To be honest, I don't know the chances, but here are the following facts, hopefully they give good picture on topic:
The continent was spotted by various people before James Cook - collected evidences are from the related wikipedia page's sources:
K.G. McIntyre (1977) The Secret Discovery of Australia; Portuguese
discoveries 200 years before Captain Cook. Souvenir Press, Medindie,
South Australia The discovery is claimed by Portugal long before
An another claimant is a less known French sailor Binot Paulmier de Gonneville who stated that from the Cape of Good Hope (South-Africa) he sailed 6 weeks to east and hit a new coast, but the commonly accepted that he didn't reach Australia but nowadays Brazilia.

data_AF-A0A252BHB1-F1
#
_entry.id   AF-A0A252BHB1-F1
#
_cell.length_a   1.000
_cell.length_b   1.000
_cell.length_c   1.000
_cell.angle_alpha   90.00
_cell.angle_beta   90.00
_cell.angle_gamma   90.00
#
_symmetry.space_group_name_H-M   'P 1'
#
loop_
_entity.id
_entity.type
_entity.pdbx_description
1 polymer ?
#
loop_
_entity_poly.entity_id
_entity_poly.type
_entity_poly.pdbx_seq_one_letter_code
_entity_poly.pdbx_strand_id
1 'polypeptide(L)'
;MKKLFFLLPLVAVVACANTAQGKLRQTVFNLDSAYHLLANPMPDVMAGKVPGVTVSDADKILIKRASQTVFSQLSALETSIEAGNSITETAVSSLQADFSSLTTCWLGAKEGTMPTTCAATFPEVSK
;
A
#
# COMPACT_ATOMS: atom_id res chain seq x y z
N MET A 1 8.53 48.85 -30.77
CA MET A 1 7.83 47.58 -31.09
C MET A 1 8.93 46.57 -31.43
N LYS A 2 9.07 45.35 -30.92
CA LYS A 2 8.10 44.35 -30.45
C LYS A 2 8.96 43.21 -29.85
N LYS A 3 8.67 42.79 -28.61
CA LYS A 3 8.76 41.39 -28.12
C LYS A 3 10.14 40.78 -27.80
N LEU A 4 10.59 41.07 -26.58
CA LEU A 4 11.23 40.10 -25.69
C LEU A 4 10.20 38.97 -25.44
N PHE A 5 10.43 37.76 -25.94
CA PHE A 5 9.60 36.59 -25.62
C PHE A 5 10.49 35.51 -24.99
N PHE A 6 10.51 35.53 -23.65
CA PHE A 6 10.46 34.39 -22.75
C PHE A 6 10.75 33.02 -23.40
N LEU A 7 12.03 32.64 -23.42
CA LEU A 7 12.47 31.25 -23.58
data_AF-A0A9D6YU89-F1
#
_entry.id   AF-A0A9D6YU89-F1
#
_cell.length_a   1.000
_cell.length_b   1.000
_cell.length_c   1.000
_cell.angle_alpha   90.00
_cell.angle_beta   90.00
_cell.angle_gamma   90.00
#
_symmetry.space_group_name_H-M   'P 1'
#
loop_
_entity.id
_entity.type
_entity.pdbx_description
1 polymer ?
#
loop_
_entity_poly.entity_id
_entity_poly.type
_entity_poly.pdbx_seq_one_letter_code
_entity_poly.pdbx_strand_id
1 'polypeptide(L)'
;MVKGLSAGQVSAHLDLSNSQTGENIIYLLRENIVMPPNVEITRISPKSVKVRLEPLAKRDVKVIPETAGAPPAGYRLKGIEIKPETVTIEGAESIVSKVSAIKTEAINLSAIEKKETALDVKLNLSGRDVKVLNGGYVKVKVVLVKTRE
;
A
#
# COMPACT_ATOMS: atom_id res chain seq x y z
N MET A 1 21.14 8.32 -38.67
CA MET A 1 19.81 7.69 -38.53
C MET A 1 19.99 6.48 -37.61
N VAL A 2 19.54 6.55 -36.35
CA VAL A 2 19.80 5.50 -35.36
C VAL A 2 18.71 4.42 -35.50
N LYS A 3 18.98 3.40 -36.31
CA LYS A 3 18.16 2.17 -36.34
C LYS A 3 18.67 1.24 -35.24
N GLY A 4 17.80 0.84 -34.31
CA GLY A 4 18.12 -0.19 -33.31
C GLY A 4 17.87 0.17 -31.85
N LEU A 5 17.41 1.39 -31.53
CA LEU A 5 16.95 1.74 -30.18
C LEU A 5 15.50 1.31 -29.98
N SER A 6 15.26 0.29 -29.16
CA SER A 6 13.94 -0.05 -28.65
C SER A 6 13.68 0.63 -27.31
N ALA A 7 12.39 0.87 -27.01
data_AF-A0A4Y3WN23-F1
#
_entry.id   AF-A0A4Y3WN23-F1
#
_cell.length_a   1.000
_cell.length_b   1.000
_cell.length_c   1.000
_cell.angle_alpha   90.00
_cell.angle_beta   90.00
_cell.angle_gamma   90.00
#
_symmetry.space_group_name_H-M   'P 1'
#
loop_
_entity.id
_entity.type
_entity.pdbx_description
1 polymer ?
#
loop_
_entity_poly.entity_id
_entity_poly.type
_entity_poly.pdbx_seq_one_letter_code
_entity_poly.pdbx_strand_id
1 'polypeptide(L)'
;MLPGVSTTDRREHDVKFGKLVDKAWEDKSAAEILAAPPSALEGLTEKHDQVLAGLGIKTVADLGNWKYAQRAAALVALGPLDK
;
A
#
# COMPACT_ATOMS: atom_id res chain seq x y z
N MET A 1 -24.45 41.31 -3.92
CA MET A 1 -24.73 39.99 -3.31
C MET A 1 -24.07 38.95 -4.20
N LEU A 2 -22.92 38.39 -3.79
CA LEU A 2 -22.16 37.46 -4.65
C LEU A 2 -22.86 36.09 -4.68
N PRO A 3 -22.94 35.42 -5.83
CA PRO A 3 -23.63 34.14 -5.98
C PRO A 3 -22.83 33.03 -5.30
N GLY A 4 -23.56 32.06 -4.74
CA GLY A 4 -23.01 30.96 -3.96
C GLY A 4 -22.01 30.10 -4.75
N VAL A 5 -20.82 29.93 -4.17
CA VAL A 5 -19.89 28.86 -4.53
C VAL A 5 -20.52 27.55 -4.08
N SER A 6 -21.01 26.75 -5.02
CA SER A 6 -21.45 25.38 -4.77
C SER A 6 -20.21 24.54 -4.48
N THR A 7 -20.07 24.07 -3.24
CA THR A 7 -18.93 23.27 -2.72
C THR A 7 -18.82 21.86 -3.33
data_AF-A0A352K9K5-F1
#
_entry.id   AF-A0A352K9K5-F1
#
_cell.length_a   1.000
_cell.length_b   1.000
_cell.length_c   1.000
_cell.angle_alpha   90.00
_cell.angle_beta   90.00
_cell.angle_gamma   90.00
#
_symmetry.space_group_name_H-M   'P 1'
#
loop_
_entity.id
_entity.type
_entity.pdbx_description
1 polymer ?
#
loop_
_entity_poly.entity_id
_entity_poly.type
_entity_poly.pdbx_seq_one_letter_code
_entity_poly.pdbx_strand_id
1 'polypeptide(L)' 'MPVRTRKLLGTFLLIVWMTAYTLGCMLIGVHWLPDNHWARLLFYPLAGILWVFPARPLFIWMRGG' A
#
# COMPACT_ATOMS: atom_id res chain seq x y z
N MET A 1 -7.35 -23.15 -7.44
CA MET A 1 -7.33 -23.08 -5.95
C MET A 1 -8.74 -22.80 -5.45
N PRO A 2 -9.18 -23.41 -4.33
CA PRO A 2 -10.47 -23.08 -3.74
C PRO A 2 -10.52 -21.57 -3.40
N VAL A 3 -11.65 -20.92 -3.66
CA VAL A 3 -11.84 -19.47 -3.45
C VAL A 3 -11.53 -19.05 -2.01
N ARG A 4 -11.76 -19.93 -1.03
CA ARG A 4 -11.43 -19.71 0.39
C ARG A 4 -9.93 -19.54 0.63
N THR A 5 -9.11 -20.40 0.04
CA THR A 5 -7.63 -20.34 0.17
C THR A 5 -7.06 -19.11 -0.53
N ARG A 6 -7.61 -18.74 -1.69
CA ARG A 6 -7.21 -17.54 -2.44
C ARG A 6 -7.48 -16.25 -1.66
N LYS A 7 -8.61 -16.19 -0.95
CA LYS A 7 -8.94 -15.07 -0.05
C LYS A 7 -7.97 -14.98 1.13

Later Dutch sailors reached Australia, but the first one who took Australia seriously was Captain Cook, so they claimed the whole territory of Australia. Of course there were competitors.
the west coast of the continent (later Western Australia), which Louis de Saint Aloüarn officially claimed for France in 1772 — even though it had been mapped previously by Dutch mariners.
Take a note, France was involved to American freedom fight, had cultural renewal by Enlightment, and of course the 1789 revolution happened, then Napoleon focused all the resources to Europe, they even sold Louisiana to finance war. We can say, the focus wasn't on Australia in France to press any claims, so Great Britain had relatively a green light to do whatever they want there.